Taking a first aid kit with you when you travel means if you should have an accident or become unwell, you have items to hand to use that you are familiar with and can help you out instantly. In some cases, it may be that you will need to visit an emergency department in your current location for any minor ailments you cannot treat yourself.
But packing a first aid kit to take with you when you travel can help you avoid having to try and source products in unfamiliar territory and potentially be obstructed by a language barrier or even requiring you to use products you aren’t comfortable or familiar with.
So when you are travelling, what should you put in your first aid kit?
In the first instance, you should keep a written list of any health conditions you might have that can affect your treatment in a foreign country. If you cannot converse with medical professionals, this list can save time and mistakes in your care. Keep a list on you and one with your belongings too for easy access.
Include any allergies, medications you are taking, treatments you are having or just finished having, for example, chemotherapy. If you take regular medication daily or at set times, it could be worth noting this too for a guide to know when you last took any medication that could interfere with the medication they want to give you.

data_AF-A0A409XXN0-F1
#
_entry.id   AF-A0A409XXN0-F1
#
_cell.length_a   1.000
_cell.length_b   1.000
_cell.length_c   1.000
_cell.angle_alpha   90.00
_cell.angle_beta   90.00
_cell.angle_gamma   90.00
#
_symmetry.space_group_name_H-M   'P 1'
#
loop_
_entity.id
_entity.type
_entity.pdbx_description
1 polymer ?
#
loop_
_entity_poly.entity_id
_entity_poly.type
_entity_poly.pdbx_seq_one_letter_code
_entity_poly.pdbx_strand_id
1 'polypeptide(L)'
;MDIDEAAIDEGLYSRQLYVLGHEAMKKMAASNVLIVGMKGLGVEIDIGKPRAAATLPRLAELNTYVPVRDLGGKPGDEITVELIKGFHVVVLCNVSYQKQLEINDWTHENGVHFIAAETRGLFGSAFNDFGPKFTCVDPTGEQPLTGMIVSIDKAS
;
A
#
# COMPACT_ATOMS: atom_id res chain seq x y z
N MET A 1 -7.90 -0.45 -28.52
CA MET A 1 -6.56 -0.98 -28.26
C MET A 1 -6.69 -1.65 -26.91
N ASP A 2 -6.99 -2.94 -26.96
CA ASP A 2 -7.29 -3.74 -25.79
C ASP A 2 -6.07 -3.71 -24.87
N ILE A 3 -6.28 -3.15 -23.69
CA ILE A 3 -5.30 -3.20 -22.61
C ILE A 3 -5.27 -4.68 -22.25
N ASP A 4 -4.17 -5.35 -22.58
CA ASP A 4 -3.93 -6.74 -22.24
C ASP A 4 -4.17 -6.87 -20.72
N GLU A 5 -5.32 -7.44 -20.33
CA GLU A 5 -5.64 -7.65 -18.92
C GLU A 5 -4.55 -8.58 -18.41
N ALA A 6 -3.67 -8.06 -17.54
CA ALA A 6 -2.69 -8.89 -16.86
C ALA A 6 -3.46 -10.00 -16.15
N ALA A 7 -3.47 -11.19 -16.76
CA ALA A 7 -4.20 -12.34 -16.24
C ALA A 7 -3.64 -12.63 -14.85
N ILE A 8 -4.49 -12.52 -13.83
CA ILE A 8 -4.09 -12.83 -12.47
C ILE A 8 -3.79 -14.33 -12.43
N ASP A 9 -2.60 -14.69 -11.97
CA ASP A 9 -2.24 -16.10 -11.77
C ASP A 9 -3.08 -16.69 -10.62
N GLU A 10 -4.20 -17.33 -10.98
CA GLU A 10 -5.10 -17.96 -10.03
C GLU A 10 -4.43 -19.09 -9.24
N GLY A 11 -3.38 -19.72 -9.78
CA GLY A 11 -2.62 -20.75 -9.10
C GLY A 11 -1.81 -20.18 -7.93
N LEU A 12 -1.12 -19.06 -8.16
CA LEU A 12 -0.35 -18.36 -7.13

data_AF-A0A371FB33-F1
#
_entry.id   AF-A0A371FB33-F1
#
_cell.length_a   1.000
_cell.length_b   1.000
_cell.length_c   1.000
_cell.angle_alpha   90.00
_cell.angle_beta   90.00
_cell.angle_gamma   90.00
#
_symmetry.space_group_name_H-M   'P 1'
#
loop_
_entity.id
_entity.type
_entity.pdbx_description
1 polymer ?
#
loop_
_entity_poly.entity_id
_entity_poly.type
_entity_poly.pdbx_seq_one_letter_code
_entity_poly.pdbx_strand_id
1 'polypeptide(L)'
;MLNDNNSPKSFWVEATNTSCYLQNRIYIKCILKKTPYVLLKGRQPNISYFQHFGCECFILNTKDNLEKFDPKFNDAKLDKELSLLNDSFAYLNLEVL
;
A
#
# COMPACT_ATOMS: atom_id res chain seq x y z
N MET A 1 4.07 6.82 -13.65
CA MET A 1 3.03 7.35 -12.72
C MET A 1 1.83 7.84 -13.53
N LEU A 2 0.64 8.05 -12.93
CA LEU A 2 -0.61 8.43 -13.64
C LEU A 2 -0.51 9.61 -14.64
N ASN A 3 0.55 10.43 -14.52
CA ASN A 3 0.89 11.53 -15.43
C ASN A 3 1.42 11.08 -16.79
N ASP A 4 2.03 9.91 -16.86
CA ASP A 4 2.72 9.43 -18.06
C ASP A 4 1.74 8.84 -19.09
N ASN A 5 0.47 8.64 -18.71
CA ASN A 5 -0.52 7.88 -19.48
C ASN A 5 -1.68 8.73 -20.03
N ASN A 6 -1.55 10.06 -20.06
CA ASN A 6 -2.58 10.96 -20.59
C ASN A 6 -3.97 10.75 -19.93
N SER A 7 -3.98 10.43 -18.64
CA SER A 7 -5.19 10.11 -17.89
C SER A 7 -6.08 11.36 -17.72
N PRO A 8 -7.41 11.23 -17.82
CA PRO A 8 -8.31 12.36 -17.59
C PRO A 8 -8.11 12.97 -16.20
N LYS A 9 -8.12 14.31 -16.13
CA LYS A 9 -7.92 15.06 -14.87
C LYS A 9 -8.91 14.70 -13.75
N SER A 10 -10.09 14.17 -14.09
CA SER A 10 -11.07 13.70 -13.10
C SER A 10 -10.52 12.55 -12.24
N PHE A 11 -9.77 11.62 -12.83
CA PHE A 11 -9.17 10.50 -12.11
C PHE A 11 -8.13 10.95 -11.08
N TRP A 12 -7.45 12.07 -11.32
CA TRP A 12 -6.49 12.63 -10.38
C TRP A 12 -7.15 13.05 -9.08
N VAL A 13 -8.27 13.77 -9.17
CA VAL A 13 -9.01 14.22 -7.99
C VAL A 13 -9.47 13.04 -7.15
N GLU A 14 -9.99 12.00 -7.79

Basic First Aid Kit
We all know the benefits of a basic first aid kit at home and travelling. You should ensure any first aid kit you have is fully stocked and ready for travel. It doesn’t need to be a large kit, especially if you are travelling light. But it should have some or all of the following;
- disposable latex-free gloves
- plasters in assorted sizes
- hydro-colloid blister plasters
- adhesive first aid tape
- an elasticated bandage wrap for sprains and strains
- cotton swabs
- iodine or alcohol-based preparations
- saline sachets to wash out wounds
- Aloe Vera gel
- topical corticosteroids for bites, stings and other skin irritations
You can buy ready prepared first aid kits with most of these items in, or you can make your kit by buying everything separately.
Many people see the benefit in adding to their travel first aid with items such as diarrhoea relief, painkillers, anti-inflammatory medication, indigestion and heartburn relief or an ibuprofen gel pain reliever for pulled muscles, back pain, sprain etc.
You know your own body, and if you take these medications occasionally or even frequently, then adding them to your personal first aid travel kit can help you combat any symptoms from different issues when you are travelling without having to make a stop to find supplies.
While this list isn’t extensive, it covers many of the more common ailments and home treatment options for things such as upset stomachs, diarrhoea, pains, headaches, cuts and bruises and so on. It can make all the difference between being able to relax and not let these minor ailments ruin your trip and worrying that you are ruining your vacation by not treating any concern you might have.
Don’t forget; you should always travel with health insurance to ensure you are landed with a huge bill for treatment in a hospital abroad or cover fees for repatriation.